[BRUSSELS] Eurozone unemployment slipped to its lowest level for nearly four years in October, official data showed on Tuesday, beating analyst expectations and confirming a slow recovery in Europe's job market.
The European Union's Eurostat agency said unemployment in the 19-country single currency bloc fell to 10.7 per cent in October from 10.8 per cent in September, reaching the lowest level since Jan 2012.
Joblessness dropped in most big economies in the eurozone, with the worrying exception of France, but this would not dissuade the European Central Bank from holding back on boosting the economy with more stimulus - known as quantitative easing - later this week, analysts said.
"October's eurozone unemployment data confirmed that the region's steady labour market recovery has continued, but the bigger picture is that unemployment remains too high to boost wage growth and inflation," said Jennifer McKeown, Senior European Economist at Capital Economics.
"Accordingly, the ECB is very unlikely to be deterred from announcing stronger policy support on Thursday," she added, with fighting the dangerous effects of falling prices in Europe still the central bank's main priority.
All attention now turned to eurozone inflation data due on Wednesday.
The solid jobs data, as well as an upbeat survey of manufacturers in the eurozone, "may have somewhat tempered investors' expectations for more QE," said analyst Connor Campbell at traders Spreadex.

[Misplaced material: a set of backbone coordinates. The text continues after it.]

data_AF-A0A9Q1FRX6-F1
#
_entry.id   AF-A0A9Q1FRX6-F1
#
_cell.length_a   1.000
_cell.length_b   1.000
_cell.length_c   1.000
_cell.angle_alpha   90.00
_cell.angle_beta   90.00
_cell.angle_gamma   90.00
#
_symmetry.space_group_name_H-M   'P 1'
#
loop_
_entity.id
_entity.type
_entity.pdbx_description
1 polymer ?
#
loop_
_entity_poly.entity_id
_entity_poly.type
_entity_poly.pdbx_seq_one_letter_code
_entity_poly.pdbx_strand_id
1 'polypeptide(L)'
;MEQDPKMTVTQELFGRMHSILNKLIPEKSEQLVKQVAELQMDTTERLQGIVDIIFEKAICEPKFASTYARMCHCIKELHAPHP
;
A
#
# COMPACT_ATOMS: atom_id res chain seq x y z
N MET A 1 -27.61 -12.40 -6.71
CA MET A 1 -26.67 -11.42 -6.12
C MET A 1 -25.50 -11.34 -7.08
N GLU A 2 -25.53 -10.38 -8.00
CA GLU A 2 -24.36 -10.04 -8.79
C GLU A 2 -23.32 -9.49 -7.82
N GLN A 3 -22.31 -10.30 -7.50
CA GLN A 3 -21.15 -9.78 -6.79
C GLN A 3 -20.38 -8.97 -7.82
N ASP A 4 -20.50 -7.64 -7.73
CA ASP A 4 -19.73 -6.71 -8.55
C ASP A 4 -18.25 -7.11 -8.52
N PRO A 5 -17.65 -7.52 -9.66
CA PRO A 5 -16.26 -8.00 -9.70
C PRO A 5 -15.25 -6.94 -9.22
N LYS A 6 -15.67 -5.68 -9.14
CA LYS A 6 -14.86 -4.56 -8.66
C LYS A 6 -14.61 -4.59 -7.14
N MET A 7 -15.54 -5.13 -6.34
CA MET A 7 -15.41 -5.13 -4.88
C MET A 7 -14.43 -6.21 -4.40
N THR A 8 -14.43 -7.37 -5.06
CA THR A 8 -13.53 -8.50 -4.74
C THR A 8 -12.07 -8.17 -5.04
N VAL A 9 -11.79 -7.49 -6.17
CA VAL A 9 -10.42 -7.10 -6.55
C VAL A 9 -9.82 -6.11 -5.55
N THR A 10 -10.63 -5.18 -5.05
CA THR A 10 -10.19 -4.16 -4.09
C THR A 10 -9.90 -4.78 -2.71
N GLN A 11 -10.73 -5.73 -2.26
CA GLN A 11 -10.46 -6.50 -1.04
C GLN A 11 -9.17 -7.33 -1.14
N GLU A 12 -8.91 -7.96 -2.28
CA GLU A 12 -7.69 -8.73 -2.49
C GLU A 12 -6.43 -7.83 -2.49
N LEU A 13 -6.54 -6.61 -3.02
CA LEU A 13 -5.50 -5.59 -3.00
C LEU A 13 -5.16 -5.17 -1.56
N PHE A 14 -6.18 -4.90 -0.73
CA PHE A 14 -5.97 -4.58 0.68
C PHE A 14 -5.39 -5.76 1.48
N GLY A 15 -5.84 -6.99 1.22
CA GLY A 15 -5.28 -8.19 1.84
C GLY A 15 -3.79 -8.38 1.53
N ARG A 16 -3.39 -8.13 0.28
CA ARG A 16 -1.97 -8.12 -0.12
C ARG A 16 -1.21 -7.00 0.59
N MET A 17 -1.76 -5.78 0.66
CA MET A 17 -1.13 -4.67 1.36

At the height of the eurozone debt crisis in 2013, joblessness in the eurozone stood at above 12 per cent and has gradually fallen since then.
However, it still remains way above the near-7.5 per cent level seen during the economic boom leading up to the financial meltdown in 2008.
As usual, in October the level of joblessness varied widely across the eurozone.
The highest rate was in debt-stricken Greece, at 24.6 per cent in August, the latest data available, but down from 24.9 per cent a month earlier.
Youth unemployment in Greece stood at 47.9 per cent and at a still huge 47.7 per cent in Spain.
The lowest rate overall in the bloc was in economic powerhouse Germany, unchanged at an ultra low 4.5 per cent.
France, the eurozone's second biggest economy, was stable at 10.8 per cent, though this still meant a rise of 25,000 job-seekers.
Unemployment is a key issue for France's Socialist government with regional elections five days away in which the extreme right seems set to make a huge breakthrough.
President Francois Hollande has vowed not to seek re-election in 2017 if he fails to reduce joblessness by the end of his mandate.
For the whole eurozone, economists surveyed by the Factset data company had forecast no change in the jobless rate.